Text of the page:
It’s an interesting time in the life cycle of the big games consoles. The new systems are here, and that leaves owners of older ones with a decision to make. Is it better to go for the Microsoft system or the Sony one? Or is it time to make the switch from console gaming to the wonderful world of PC gaming?
We’re here to make the case for the PC. Now, it won’t have escaped the attention of astute readers that this is a PC gaming blog, running on the website of a business whose purpose is to sell gaming computers. Well, we hold our hands up – we have a financial incentive to sell you a PC over a console.
With that said, let’s run through an easily-digested list of pros (and a few cons) of making the switch to PC!
A decent PC will run games a lot better than even a brand-new games console can. Indeed, the new consoles have been around for all of five seconds, and already they’re being overshadowed by desktop PCs. The console versions of Watch Dogs: Legion, for example, are capped at 30fps, and will dynamically downscale the resolution to stay under the cap. A 2060 Super running equivalent settings will deliver much the same performance – while a 3080 or equivalent will go even further. For multiplatform games, you might find that the very best textures can only be found on PC. As time goes by, the gap between the two kinds of system is only likely to widen.
One of the joys of PC gaming is the ability to dive into menus of graphical options and to tweak the settings to your liking. If you don’t like motion blur, you can simply turn it off. If you’d rather the game ran faster, you can sacrifice a little bit of texture quality. If you know what you’re doing, you can even dive into config files and change things that aren’t even in the options. That’s how those Watch Dogs comparisons were made – the PS5 and Xbox settings are right there in the config!
Over time, new components may come out that will make your machine run that little bit faster. If you own a PC, you can simply buy them, plug them in, and enjoy the extra frames. Consoles tend to be a little more rigid.
If you’re looking to share and record gameplay footage, the PC presents an enviable range of programs. Graphics card manufacturers are even bending over backwards to offer onboard video encoding, which alleviates the strain from the CPU and allows for easy streaming. While similar leaps forward have been made on consoles, if you want to edit footage and superimpose your own fancy graphics and titles, you’ll need a PC that’s up to the task.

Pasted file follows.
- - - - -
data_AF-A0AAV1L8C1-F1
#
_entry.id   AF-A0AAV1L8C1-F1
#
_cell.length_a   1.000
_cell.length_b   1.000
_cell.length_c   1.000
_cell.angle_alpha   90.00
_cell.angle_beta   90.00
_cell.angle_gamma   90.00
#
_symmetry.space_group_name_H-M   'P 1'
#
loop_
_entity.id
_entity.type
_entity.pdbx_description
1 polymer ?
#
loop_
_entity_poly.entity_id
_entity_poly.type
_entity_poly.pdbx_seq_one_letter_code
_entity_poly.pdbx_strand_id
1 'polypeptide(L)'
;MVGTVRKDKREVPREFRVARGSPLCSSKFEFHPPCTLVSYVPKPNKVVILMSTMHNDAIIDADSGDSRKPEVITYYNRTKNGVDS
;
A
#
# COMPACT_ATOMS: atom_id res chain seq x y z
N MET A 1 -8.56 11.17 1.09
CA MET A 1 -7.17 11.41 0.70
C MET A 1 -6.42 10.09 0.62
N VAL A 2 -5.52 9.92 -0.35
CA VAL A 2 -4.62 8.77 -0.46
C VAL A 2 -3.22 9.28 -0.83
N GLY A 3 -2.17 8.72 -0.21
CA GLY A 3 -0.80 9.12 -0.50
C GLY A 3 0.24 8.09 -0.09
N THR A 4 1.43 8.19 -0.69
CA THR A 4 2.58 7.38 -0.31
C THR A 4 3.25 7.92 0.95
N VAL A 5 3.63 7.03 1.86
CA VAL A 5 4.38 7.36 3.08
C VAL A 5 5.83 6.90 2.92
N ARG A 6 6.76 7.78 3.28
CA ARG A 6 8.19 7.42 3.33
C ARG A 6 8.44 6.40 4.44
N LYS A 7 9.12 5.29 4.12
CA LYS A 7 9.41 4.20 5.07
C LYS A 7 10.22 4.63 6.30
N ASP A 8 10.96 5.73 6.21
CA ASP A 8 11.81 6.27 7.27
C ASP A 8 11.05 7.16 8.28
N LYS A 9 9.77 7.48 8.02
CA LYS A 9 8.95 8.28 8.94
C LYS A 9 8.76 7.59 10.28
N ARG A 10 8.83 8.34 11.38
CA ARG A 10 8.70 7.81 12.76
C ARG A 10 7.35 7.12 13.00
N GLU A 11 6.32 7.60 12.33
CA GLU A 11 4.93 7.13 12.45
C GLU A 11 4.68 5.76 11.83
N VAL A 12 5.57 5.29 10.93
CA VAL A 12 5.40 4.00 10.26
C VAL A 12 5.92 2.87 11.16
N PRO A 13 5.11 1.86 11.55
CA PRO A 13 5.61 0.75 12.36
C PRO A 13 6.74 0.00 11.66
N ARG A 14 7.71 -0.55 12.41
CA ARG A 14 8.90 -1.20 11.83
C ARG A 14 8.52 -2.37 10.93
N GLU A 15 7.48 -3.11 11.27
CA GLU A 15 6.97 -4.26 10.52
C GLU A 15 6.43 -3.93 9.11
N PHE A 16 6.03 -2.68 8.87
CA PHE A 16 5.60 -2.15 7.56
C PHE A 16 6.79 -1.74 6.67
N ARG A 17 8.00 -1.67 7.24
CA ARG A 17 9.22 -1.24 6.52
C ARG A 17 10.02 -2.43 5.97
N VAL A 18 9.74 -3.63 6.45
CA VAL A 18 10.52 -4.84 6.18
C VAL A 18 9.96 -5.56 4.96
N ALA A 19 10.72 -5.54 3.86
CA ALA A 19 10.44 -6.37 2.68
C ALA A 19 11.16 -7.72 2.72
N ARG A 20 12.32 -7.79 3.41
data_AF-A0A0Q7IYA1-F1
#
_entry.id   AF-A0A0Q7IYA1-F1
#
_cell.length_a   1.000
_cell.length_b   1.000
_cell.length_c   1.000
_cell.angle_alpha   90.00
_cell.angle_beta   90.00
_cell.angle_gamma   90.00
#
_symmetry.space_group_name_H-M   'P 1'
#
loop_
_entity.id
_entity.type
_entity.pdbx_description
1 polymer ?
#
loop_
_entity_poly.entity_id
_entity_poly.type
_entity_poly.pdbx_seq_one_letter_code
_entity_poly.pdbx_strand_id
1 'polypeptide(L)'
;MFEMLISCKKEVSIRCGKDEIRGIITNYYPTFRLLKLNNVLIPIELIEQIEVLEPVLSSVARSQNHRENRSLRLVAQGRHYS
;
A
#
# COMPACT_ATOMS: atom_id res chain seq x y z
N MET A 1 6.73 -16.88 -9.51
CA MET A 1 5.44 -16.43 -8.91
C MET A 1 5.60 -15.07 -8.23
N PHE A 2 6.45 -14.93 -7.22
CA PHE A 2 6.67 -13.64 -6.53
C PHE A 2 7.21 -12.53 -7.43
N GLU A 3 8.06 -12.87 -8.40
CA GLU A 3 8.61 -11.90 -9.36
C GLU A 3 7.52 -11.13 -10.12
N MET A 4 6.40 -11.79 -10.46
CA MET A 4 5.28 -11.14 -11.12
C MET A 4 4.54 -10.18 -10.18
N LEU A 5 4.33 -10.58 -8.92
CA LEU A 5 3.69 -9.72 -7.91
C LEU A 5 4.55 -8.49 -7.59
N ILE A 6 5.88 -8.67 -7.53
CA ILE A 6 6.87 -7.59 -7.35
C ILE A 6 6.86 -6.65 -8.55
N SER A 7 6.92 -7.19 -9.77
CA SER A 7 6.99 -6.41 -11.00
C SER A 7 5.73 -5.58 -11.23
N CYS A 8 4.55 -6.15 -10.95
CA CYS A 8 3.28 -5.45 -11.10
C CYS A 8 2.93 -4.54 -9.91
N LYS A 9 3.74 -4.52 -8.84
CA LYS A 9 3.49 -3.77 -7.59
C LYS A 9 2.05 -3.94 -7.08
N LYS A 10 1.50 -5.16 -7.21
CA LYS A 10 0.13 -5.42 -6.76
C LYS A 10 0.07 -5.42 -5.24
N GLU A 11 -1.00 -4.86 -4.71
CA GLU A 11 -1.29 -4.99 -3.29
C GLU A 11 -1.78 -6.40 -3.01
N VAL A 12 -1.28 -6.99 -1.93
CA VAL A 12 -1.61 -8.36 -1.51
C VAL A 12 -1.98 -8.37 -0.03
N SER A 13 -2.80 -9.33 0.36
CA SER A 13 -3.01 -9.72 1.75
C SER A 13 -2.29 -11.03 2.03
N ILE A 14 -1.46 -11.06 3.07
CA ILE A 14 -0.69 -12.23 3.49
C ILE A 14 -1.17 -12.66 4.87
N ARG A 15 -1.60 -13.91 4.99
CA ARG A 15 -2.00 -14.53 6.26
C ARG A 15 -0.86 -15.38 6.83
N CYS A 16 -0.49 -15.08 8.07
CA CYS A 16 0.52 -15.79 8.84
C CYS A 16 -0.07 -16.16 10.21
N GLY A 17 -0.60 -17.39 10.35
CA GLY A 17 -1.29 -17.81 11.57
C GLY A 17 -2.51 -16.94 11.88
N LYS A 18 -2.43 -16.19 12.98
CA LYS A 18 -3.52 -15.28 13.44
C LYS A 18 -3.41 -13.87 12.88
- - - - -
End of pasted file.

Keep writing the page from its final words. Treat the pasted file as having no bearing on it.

There are thousands upon thousands of PC titles to play, and you don’t need to worry about compatibility issues between generations. What ran on your old machine will almost certainly run on your new one. Many of the big hitters on console, like Player Unknown’s Battlegrounds and Minecraft, got their start on PC – and you can be reasonably sure that the next cultural phenomenon will follow a similar trajectory.
What’s more, there’s the modding community. On PC, it’s easy for technically-minded players to go under the hood and start tinkering with games, adding in character models and even entirely new modes of play. You might think that this is a fringe thing, but consider the list of success stories. DayZ started out as a mod of Arma 2. Defence of the Ancients started out as a mod of Warcraft III. Counterstrike and Team Fortress stemmed from Half Life 2.
If you’re trying to persuade your parents that buying a PC is, in fact, a great move for your future career, then you might casually mention just how much money these franchises are raking in every year. It’s not a trivial sum.
Here we have something of a double-edged sword. If you want a machine that’s specced the same as a console, you’ll have to pay a little more. If you want a machine that’s vastly superior to a console, you’ll have to pay a lot more. That’s even before you consider the cost of peripherals, monitors and fancy RGB lights.
With that said, there are savings to be found on the PC. These mostly come from the price of the games themselves. Platforms like Steam regularly offer games at knock-down prices. At the time of writing, highly-rated games like Red Dead Redemption II, Disco Elysium and Control: Ultimate Edition are all available at heavy discounts.
If you’re getting through a lot of games, then the savings will quickly offset the price of entry. You might even find that you already own one or two PC games: CD Projekt have made The Witcher 3 on PC available for free to those who’ve already bought it on other systems.
Then there’s the fact that you have to pay a subscription to play online on a console. Xbox Live or PlayStation Plus will set you back around forty quid for an annual subscription – after five years, that’s £200. What seemed like a good deal can quickly turn sour.
If you’re just coming up with a rough budget, then figure out what games you’ll be playing, and take a look at our PCs built to cope with them.
You’re not taking the TV
If you’re living with other people, then console gaming can create a problem. You want to watch the latest episode of the Crown; they want to beat the snot out of Yoshimitsu. On a PC, you don’t have this problem – you’re playing on an entirely separate system and monitor, and everyone’s happy.
When you buy a console, you’re buying something that’ll work from day one. You plug it in, you accept the user license agreement, you wait for the day one patch to download, you restart the system…you start to yearn for the days where console games came on cartridges.
The fact is that the lines between PC and console gaming are a little blurry these days, and the advantage of convenience isn’t as significant as it once was. This is especially true when you consider all of the prebuilt systems available from the Cyberpower store – they’re ready to go in much the same way as a new games console, and they’re a lot more powerful, too!